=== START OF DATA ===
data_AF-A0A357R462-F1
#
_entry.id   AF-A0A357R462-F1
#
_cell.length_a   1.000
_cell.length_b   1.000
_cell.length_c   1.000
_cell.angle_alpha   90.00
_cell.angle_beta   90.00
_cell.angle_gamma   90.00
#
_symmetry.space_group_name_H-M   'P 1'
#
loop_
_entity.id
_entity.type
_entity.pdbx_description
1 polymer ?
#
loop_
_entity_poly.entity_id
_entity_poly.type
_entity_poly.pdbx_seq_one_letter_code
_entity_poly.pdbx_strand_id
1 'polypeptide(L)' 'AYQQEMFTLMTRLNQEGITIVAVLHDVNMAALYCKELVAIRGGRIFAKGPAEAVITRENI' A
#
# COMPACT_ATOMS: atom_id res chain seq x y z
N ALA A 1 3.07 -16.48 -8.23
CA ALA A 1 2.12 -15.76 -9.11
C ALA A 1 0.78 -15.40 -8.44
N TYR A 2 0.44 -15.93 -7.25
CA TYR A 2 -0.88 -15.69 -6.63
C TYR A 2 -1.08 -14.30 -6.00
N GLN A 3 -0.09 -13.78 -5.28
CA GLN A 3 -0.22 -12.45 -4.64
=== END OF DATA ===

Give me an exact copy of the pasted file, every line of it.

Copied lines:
data_AF-A0A357R462-F1
#
_entry.id   AF-A0A357R462-F1
#
_cell.length_a   1.000
_cell.length_b   1.000
_cell.length_c   1.000
_cell.angle_alpha   90.00
_cell.angle_beta   90.00
_cell.angle_gamma   90.00
#
_symmetry.space_group_name_H-M   'P 1'
#
loop_
_entity.id
_entity.type
_entity.pdbx_description
1 polymer ?
#
loop_
_entity_poly.entity_id
_entity_poly.type
_entity_poly.pdbx_seq_one_letter_code
_entity_poly.pdbx_strand_id
1 'polypeptide(L)' 'AYQQEMFTLMTRLNQEGITIVAVLHDVNMAALYCKELVAIRGGRIFAKGPAEAVITRENI' A
#
# COMPACT_ATOMS: atom_id res chain seq x y z
N ALA A 1 3.07 -16.48 -8.23
CA ALA A 1 2.12 -15.76 -9.11
C ALA A 1 0.78 -15.40 -8.44
N TYR A 2 0.44 -15.93 -7.25
CA TYR A 2 -0.88 -15.69 -6.63
C TYR A 2 -1.08 -14.30 -6.00
N GLN A 3 -0.09 -13.78 -5.28
CA GLN A 3 -0.22 -12.45 -4.64